What is a 'Monetary Item'

A monetary item is an asset or liability carrying a value in dollars that will not change in the future. These items have a fixed numerical value in dollars, and a dollar is always worth a dollar. The numbers do not change even though the purchasing power of a dollar can potentially change.

BREAKING DOWN 'Monetary Item'

The most common monetary item is simply cash, whether a debt owed by a company (liability), a debt owed to it (asset) or a pile of cash in its account (asset). $100,000 of cash today will still be worth $100,000 a year later. If a company owes $40,000 to a supplier for goods delivered, that line item is recorded at $40,000 even though, when the company pays the bill three months later, the cost of those same goods has increased $3,000 because of inflation. Because the value is fixed at $40,000, this account payable is considered a monetary item. Bank deposits, short-term fixed income instruments and accounts receivable are monetary assets since they all can be readily converted into a fixed amount of money within a short time span. Monetary items are booked as current assets or liabilities on the balance sheet.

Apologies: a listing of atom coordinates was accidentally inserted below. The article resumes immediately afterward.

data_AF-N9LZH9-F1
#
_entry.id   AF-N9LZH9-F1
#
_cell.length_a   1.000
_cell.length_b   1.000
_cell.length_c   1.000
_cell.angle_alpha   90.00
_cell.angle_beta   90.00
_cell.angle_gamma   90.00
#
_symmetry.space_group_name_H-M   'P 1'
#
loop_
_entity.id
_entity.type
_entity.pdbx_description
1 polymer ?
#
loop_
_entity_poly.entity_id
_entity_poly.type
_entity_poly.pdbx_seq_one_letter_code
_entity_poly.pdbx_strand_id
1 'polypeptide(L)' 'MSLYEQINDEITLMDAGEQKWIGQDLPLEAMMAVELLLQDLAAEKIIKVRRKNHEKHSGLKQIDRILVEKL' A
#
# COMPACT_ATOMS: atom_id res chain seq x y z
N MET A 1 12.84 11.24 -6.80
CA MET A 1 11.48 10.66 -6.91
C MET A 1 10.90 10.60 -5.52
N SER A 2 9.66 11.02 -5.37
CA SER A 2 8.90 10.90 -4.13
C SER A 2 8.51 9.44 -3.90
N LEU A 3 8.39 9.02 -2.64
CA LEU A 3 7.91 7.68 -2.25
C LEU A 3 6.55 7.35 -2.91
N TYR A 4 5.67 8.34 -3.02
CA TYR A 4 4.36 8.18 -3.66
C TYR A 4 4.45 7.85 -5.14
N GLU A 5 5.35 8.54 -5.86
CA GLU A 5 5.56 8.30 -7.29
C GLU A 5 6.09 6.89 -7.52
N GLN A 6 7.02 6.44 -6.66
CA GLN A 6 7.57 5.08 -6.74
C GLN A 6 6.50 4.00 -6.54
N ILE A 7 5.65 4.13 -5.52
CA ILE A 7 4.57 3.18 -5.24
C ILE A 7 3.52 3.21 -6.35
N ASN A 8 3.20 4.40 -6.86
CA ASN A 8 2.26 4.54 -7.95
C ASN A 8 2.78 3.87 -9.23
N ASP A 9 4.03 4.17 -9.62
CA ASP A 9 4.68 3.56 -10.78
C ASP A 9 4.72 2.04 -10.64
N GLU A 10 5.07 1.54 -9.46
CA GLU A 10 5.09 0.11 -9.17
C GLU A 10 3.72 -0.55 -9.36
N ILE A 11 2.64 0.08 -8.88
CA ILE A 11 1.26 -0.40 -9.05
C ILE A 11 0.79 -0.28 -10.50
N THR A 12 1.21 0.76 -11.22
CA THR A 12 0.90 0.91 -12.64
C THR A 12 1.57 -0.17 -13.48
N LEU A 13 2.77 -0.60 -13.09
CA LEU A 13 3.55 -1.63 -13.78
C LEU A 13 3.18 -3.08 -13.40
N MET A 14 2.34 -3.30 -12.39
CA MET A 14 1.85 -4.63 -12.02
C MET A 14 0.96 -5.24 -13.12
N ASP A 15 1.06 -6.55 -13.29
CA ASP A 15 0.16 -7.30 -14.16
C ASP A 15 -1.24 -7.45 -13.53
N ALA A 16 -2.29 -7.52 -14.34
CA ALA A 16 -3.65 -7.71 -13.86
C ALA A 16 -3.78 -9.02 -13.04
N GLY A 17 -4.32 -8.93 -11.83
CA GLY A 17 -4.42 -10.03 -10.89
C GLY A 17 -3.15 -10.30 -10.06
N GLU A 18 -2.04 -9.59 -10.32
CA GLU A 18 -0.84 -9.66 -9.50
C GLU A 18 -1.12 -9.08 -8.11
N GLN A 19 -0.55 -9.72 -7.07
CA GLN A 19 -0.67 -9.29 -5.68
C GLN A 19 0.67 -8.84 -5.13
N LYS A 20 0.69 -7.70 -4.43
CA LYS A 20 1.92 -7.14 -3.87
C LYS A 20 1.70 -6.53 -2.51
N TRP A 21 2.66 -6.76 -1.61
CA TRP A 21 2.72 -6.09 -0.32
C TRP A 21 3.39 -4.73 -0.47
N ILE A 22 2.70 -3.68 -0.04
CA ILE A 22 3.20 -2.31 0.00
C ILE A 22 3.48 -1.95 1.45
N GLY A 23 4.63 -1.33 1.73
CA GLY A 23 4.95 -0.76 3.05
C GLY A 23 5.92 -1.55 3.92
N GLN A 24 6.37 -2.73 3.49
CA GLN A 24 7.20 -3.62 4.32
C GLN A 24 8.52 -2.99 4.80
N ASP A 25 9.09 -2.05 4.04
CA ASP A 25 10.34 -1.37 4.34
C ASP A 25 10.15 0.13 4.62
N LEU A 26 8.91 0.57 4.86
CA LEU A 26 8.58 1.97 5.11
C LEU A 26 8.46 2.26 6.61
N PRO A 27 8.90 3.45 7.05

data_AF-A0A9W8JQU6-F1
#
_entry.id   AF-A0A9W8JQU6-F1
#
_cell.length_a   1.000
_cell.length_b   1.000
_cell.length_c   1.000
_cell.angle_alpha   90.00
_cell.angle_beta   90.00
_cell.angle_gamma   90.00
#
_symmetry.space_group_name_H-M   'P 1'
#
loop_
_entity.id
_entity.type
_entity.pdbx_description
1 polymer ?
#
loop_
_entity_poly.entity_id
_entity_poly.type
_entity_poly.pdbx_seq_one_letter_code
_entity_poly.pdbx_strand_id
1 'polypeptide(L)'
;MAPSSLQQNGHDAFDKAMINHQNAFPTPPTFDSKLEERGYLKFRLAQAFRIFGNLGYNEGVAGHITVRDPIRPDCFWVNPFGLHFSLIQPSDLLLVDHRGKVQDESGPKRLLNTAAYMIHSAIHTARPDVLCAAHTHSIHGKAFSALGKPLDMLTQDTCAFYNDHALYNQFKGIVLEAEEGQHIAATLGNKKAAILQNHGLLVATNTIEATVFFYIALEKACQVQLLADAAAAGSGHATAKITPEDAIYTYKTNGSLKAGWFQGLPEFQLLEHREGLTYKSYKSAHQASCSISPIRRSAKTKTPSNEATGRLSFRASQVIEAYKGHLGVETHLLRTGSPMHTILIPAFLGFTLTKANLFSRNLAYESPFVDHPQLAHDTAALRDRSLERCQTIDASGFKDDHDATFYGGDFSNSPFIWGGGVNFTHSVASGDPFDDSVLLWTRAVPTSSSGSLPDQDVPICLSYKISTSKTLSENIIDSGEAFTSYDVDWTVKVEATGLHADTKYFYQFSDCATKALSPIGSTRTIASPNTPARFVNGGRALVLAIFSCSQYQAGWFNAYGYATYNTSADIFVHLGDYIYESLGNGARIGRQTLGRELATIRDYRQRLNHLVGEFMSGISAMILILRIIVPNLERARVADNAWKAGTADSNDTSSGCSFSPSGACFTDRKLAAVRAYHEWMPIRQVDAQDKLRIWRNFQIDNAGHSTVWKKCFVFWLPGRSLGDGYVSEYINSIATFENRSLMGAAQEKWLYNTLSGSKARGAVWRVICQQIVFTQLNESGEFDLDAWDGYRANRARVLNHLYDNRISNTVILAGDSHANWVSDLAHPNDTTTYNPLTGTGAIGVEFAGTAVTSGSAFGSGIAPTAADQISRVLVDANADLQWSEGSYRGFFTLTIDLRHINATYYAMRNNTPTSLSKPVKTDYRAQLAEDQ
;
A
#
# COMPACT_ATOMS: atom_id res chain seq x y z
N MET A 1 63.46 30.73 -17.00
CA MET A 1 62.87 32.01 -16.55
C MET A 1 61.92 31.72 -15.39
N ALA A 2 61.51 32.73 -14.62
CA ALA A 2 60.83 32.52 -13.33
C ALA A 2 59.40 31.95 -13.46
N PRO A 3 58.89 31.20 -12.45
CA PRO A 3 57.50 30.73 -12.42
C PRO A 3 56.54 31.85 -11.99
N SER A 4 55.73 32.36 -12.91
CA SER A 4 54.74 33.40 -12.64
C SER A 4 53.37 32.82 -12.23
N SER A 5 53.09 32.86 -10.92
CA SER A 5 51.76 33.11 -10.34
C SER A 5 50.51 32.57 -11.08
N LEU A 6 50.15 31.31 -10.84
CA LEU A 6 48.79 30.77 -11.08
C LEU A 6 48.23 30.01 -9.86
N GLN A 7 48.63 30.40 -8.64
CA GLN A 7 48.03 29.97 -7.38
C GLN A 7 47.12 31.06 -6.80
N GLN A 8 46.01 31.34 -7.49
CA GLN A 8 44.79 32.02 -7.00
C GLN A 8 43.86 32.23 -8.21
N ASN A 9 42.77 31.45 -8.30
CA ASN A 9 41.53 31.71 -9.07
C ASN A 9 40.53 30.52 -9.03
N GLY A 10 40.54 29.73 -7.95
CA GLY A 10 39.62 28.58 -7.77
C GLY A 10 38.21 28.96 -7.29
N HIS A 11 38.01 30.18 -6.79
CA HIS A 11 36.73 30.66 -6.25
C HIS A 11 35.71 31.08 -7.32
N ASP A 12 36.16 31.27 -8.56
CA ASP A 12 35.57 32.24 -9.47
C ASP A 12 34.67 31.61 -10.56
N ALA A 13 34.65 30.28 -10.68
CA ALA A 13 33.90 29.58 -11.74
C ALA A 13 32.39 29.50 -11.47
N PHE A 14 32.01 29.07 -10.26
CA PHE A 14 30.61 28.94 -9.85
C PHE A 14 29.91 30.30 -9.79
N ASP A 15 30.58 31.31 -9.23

Monetary Item vs. Nonmonetary Item

A nonmonetary item is subject to a change in value and cannot be quickly converted to cash. A factory or piece of equipment is a nonmonetary item because its value generally declines over time with usage. Inventory is also a nonmonetary asset because it can become obsolete. Other nonmonetary items include intangible assets, long-term investments and certain long-term liabilities such as pension obligations, all of which could either rise or fall in value from period to period.

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